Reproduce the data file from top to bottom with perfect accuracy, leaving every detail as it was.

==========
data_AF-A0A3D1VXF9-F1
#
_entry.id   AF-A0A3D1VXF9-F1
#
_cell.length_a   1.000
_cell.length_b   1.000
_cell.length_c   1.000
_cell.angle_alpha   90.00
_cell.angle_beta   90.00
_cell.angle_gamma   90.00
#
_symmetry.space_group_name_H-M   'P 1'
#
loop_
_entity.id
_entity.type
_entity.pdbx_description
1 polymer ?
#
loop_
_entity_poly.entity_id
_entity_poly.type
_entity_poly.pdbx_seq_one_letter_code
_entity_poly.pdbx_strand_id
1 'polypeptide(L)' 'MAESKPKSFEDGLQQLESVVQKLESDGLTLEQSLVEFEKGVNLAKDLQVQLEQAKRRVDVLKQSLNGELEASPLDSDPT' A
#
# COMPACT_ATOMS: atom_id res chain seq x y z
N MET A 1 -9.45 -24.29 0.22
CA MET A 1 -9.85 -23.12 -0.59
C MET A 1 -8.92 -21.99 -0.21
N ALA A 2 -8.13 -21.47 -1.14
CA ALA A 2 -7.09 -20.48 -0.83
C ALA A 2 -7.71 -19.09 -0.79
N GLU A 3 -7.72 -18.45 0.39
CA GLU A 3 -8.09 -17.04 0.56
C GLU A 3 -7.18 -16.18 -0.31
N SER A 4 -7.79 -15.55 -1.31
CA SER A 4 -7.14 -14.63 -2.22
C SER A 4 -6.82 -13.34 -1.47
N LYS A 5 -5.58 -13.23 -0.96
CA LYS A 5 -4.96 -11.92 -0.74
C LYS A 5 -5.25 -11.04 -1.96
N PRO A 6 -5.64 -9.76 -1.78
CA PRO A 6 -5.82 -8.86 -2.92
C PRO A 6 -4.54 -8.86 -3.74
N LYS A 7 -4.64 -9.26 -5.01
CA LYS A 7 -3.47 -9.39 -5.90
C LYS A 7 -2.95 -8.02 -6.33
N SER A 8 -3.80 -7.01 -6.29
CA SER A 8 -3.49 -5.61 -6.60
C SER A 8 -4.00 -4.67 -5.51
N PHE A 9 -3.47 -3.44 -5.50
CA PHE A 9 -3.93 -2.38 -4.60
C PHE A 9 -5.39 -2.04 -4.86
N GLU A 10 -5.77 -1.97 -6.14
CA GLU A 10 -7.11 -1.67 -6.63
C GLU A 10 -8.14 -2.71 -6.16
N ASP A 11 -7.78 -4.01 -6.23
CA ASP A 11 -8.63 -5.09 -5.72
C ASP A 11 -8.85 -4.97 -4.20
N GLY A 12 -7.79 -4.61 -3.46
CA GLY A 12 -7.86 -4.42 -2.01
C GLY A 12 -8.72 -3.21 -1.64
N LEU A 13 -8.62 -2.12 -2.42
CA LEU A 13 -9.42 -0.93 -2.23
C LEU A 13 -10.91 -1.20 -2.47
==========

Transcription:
data_AF-A0A3D1VXF9-F1
#
_entry.id   AF-A0A3D1VXF9-F1
#
_cell.length_a   1.000
_cell.length_b   1.000
_cell.length_c   1.000
_cell.angle_alpha   90.00
_cell.angle_beta   90.00
_cell.angle_gamma   90.00
#
_symmetry.space_group_name_H-M   'P 1'
#
loop_
_entity.id
_entity.type
_entity.pdbx_description
1 polymer ?
#
loop_
_entity_poly.entity_id
_entity_poly.type
_entity_poly.pdbx_seq_one_letter_code
_entity_poly.pdbx_strand_id
1 'polypeptide(L)' 'MAESKPKSFEDGLQQLESVVQKLESDGLTLEQSLVEFEKGVNLAKDLQVQLEQAKRRVDVLKQSLNGELEASPLDSDPT' A
#
# COMPACT_ATOMS: atom_id res chain seq x y z
N MET A 1 -9.45 -24.29 0.22
CA MET A 1 -9.85 -23.12 -0.59
C MET A 1 -8.92 -21.99 -0.21
N ALA A 2 -8.13 -21.47 -1.14
CA ALA A 2 -7.09 -20.48 -0.83
C ALA A 2 -7.71 -19.09 -0.79
N GLU A 3 -7.72 -18.45 0.39
CA GLU A 3 -8.09 -17.04 0.56
C GLU A 3 -7.18 -16.18 -0.31
N SER A 4 -7.79 -15.55 -1.31
CA SER A 4 -7.14 -14.63 -2.22
C SER A 4 -6.82 -13.34 -1.47
N LYS A 5 -5.58 -13.23 -0.96
CA LYS A 5 -4.96 -11.92 -0.74
C LYS A 5 -5.25 -11.04 -1.96
N PRO A 6 -5.64 -9.76 -1.78
CA PRO A 6 -5.82 -8.86 -2.92
C PRO A 6 -4.54 -8.86 -3.74
N LYS A 7 -4.64 -9.26 -5.01
CA LYS A 7 -3.47 -9.39 -5.90
C LYS A 7 -2.95 -8.02 -6.33
N SER A 8 -3.80 -7.01 -6.29
CA SER A 8 -3.49 -5.61 -6.60
C SER A 8 -4.00 -4.67 -5.51
N PHE A 9 -3.47 -3.44 -5.50
CA PHE A 9 -3.93 -2.38 -4.60
C PHE A 9 -5.39 -2.04 -4.86
N GLU A 10 -5.77 -1.97 -6.14
CA GLU A 10 -7.11 -1.67 -6.63
C GLU A 10 -8.14 -2.71 -6.16
N ASP A 11 -7.78 -4.01 -6.23
CA ASP A 11 -8.63 -5.09 -5.72
C ASP A 11 -8.85 -4.97 -4.20
N GLY A 12 -7.79 -4.61 -3.46
CA GLY A 12 -7.86 -4.42 -2.01
C GLY A 12 -8.72 -3.21 -1.64
N LEU A 13 -8.62 -2.12 -2.42
CA LEU A 13 -9.42 -0.93 -2.23
C LEU A 13 -10.91 -1.20 -2.47